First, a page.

Amid expectations of a final settlement with the DoJ, it remains unclear whether Goldman will be forced to plead guilty to criminal charges at the parent company level, the toughest penalty the DoJ could bring against the Wall Street bank.
The Nikkei Asian Review reported in April that senior career DoJ prosecutors were in favor of seeking a guilty plea in exchange for a settlement. Political appointees such as Barr and Benczkowski, however, could opt for a less onerous deal.
Fugitive businessman Low secured a milestone settlement with the DoJ in November allowing for the recovery of an accumulated $1 billion in pilfered assets. Though the 38-year old conceded to hefty asset forfeitures, he was not obliged to admit guilt or liability as part of the agreement.
Last month’s deal also controversially allowed Low to pay his legal fees using a portion of the settlement, amounting to around $15 million.
Chris Christie, a former New Jersey governor, has reportedly taken a direct role in negotiating the settlement with the DoJ on Low’s behalf, alongside lawyers from the international litigation firm Kobre and Kim.
Apart from being represented by Christie, a candidate for the Republican 2016 presidential nomination who served as head of Trump’s transition team, Low previously engaged Elliot Broidy, a top Republican Party donor and Trump ally, to persuade the DoJ to drop its 1MDB-linked civil asset forfeiture lawsuits.
A separate DoJ probe into whether Low illegally engineered a $100,000 donation to a political fundraising committee that is helping to re-elect Trump in 2020 is ongoing.
The fugitive Malaysian was indicted in the Eastern District of New York in October 2018 on money laundering and bribery charges and now also faces campaign finance violations.
At least one former federal prosecutor, Renato Mariotti, has called on Barr to recuse himself from the 1MDB investigation in lieu of his “highly questionable handling” and controversial characterization of Special Counsel Robert Mueller’s report on Russian interference in the 2016 US presidential election at a briefing in April.
Critics widely interpreted a four-page memo and press conference by the attorney-general, which was unusually scheduled ahead of the Mueller report’s public circulation, as political spin, giving rise to what Mariotti called “appearance issues” whenever Barr “supervises an investigation involving Trump,” according to a Politico news report.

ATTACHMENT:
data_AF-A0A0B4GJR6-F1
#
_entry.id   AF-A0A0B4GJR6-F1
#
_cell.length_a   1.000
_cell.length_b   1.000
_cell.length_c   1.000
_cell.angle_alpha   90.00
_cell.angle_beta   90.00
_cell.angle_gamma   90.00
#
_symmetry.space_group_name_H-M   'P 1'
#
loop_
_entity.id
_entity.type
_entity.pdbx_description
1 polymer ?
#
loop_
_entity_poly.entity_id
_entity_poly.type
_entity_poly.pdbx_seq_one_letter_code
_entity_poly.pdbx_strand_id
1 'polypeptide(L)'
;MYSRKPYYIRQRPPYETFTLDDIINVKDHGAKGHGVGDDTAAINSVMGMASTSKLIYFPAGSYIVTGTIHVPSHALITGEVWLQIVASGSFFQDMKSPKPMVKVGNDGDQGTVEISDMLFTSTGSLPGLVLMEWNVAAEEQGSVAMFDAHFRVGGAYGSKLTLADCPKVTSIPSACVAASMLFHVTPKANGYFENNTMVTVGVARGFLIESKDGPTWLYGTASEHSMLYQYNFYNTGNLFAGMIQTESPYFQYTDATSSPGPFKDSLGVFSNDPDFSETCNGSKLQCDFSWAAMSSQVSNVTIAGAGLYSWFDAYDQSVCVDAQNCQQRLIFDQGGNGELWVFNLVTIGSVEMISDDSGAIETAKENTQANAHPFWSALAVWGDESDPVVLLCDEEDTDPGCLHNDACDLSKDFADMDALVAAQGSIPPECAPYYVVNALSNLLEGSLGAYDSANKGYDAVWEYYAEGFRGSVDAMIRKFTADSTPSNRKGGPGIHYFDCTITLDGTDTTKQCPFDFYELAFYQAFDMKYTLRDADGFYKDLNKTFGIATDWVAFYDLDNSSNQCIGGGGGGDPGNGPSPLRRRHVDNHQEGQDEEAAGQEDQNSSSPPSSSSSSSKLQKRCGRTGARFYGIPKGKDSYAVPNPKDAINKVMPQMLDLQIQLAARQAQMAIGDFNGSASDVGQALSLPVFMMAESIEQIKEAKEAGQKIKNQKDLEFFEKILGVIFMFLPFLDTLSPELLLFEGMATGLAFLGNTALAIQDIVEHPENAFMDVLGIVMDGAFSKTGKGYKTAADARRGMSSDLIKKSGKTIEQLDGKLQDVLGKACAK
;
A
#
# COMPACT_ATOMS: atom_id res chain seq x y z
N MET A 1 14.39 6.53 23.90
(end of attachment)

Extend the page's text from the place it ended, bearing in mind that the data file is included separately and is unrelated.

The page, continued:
The ethics waiver obtained by Barr to participate in the 1MDB investigation should theoretically allow him to oversee the Eastern District of New York’s probe into the Trump Victory political action committee, the fundraising group linked to the Republican president’s re-election campaign to which Low is suspected to have contributed.
Clare Rewcastle-Brown, editor of the whistleblower website Sarawak Report that is widely recognized for its role in uncovering the byzantine money trail and political machinations behind the 1MDB scandal, believes Barr had no reason to get involved in the 1MDB case.
“The rules he waived are there for a reason: to prevent conflicts of interest. The fact that his ex-law firm is representing the fattest client in the US on its biggest case has everything to do with him being AG,” she told Asia Times. “Justice not only ought to be done but seen to be done and blatant conflict of interest is not the way to achieve that.”
Mayra Rodriguez Valladares, a bank and capital markets regulatory consultant at MRV Associates, said she wouldn’t be surprised if Goldman clinched a settlement between US$1.5 to $2 billion, given the Trump administration’s “very bank-friendly” orientation.
That sum “represents around 6% of their revenues and a little over 20% of their 2019 earnings,” she said. “If authorities in the U.S. were serious, the fine should be much higher and bank regulators should curb senior executives’ bonuses until the bank learns to really take risk management and controls more seriously.”
“The revolving door between Goldman and government has been long documented. And the Trump administration’s deregulatory behavior has helped banks significantly,” Valladares opined. “Barr really should have stayed away to avoid even the appearance of any conflict of interest. In this administration, that is unfortunately too much to ask.”